Likewise, I had to pass on a stunning farmhouse that had crumbled to the ground in Alabama and a century-old ranch entrance sign in Texas. Wildlife isn't usually cooperative, either, and I often miss by mere fractions of a second near-perfect views of birds, elk, moose, bighorn sheep, wolves and others, but especially birds, which can be frustratingly quick and skittish.
When I miss those opportune moments, they sometimes haunt me.
Photography doesn't pay
Everyone with a smartphone is a photographer these days. Give a monkey an iPhone 12 and look through its camera shots at the end of the day and you'll probably find at least one really good photo. Likewise people who turn their phones briefly away from their selfies in time to get a great pic, then plaster it all over social media like they've been doing it all their lives. Sorry, do I sound bitter? I'm not.
Professional and experienced amateur photographers have a difficult time selling their work. Writers are experiencing the same issue, with over a million titles being self-published every year from authors of various skill levels. It's difficult to complete with the sheer volume of it all.
At one time an average person seeing a splendid landscape print would consider buying it to frame and hang in their homes. I have bought many prints in my lifetime, even though I consider myself an excellent photographer. Now, that person may believe that they can do as well themselves, taking note of the aspects of the shot so they can try to duplicate them in the future. Of course, average people haven't invested the same money in equipment and haven't spent long hours, sometimes hundreds of hours, trying to be in the right place at the right time. But, somehow, they believe they can easily take a shot to hang on their walls.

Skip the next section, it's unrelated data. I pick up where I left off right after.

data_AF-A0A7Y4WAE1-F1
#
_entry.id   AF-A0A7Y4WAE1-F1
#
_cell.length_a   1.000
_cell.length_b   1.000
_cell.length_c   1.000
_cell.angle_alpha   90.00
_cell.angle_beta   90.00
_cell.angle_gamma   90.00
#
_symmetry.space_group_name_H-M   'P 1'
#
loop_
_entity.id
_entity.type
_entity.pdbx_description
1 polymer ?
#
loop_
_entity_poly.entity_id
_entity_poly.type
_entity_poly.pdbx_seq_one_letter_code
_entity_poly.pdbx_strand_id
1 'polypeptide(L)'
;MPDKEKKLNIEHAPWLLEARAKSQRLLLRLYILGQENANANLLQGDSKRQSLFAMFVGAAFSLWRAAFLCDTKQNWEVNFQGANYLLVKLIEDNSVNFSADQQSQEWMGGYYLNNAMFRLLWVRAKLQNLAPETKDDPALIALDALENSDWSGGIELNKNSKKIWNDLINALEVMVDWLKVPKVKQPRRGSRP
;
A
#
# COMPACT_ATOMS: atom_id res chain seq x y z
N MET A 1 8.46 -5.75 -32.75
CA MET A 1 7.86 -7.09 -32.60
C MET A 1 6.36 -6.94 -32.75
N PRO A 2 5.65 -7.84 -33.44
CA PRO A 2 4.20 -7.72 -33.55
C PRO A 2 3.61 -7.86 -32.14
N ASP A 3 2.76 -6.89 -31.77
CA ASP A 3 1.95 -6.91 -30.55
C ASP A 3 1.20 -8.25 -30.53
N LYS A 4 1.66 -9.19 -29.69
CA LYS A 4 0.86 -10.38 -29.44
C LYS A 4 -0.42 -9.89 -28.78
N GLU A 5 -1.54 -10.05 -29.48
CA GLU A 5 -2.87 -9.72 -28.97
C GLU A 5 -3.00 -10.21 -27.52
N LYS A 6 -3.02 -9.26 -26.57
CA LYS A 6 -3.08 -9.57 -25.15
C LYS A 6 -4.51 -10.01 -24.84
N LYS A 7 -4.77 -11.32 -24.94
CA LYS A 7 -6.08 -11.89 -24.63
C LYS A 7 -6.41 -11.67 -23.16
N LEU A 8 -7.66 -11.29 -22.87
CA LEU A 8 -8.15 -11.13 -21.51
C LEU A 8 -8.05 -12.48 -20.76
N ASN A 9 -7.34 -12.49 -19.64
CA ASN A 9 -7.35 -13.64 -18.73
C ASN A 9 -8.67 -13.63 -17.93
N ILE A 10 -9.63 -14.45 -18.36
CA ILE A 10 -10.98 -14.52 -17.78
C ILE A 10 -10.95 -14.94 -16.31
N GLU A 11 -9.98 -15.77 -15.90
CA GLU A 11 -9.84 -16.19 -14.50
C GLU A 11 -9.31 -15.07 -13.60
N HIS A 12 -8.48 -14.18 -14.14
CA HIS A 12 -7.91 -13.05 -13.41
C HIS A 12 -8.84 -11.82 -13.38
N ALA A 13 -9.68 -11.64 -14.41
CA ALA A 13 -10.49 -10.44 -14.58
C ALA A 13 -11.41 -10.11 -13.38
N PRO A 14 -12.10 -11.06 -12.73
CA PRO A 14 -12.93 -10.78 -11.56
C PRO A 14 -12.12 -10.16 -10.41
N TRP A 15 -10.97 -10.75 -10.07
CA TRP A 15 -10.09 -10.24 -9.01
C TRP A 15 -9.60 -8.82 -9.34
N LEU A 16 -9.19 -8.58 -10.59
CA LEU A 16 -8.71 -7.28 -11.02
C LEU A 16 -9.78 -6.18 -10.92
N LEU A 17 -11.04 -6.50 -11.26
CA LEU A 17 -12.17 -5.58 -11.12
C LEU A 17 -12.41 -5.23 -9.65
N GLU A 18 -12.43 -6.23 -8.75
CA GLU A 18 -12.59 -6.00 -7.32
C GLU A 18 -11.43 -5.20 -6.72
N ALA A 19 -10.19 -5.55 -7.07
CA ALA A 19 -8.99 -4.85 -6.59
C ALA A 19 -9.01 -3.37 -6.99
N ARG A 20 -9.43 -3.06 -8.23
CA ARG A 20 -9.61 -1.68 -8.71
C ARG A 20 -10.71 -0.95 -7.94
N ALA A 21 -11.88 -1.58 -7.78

Photographers that make a living from their passion are fortunate indeed, and those few career positions are scarce. Many popular magazines and websites, such as nature, science, news, fashion, leisure, travel and entertainment periodicals, use in-house photojournalists and accept outside work. There are just too few opportunities for the number of talented shutterbugs, let alone the masses with smartphones.
Author, poet, photographer, father, grandfather, great-grandfather, sportsman,